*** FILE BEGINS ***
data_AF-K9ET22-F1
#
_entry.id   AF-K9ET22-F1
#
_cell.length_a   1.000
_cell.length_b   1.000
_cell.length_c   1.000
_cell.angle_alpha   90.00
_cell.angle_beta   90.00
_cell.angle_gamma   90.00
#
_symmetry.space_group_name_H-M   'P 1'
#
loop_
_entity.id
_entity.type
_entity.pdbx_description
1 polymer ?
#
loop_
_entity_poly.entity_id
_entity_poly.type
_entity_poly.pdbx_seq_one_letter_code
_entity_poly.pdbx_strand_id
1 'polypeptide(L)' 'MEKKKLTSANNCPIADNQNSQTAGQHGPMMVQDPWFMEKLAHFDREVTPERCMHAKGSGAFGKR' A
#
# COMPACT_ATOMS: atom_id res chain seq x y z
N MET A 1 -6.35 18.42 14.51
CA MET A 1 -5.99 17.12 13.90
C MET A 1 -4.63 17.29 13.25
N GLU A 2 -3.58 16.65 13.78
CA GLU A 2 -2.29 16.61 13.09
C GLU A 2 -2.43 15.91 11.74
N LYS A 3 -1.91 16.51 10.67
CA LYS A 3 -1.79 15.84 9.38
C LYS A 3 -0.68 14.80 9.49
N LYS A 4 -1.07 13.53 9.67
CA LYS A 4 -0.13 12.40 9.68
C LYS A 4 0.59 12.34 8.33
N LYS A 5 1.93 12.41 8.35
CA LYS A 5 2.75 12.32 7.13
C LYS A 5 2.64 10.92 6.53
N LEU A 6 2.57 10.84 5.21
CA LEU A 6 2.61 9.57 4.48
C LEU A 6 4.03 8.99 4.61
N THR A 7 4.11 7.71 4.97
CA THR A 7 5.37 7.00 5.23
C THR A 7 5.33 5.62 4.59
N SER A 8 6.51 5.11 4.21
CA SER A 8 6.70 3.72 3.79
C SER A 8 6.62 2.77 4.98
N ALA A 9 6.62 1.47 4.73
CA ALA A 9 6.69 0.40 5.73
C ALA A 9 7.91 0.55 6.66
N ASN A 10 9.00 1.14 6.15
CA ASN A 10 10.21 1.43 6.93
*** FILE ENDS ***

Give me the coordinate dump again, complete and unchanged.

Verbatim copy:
data_AF-K9ET22-F1
#
_entry.id   AF-K9ET22-F1
#
_cell.length_a   1.000
_cell.length_b   1.000
_cell.length_c   1.000
_cell.angle_alpha   90.00
_cell.angle_beta   90.00
_cell.angle_gamma   90.00
#
_symmetry.space_group_name_H-M   'P 1'
#
loop_
_entity.id
_entity.type
_entity.pdbx_description
1 polymer ?
#
loop_
_entity_poly.entity_id
_entity_poly.type
_entity_poly.pdbx_seq_one_letter_code
_entity_poly.pdbx_strand_id
1 'polypeptide(L)' 'MEKKKLTSANNCPIADNQNSQTAGQHGPMMVQDPWFMEKLAHFDREVTPERCMHAKGSGAFGKR' A
#
# COMPACT_ATOMS: atom_id res chain seq x y z
N MET A 1 -6.35 18.42 14.51
CA MET A 1 -5.99 17.12 13.90
C MET A 1 -4.63 17.29 13.25
N GLU A 2 -3.58 16.65 13.78
CA GLU A 2 -2.29 16.61 13.09
C GLU A 2 -2.43 15.91 11.74
N LYS A 3 -1.91 16.51 10.67
CA LYS A 3 -1.79 15.84 9.38
C LYS A 3 -0.68 14.80 9.49
N LYS A 4 -1.07 13.53 9.67
CA LYS A 4 -0.13 12.40 9.68
C LYS A 4 0.59 12.34 8.33
N LYS A 5 1.93 12.41 8.35
CA LYS A 5 2.75 12.32 7.13
C LYS A 5 2.64 10.92 6.53
N LEU A 6 2.57 10.84 5.21
CA LEU A 6 2.61 9.57 4.48
C LEU A 6 4.03 8.99 4.61
N THR A 7 4.11 7.71 4.97
CA THR A 7 5.37 7.00 5.23
C THR A 7 5.33 5.62 4.59
N SER A 8 6.51 5.11 4.21
CA SER A 8 6.70 3.72 3.79
C SER A 8 6.62 2.77 4.98
N ALA A 9 6.62 1.47 4.73
CA ALA A 9 6.69 0.40 5.73
C ALA A 9 7.91 0.55 6.66
N ASN A 10 9.00 1.14 6.15
CA ASN A 10 10.21 1.43 6.93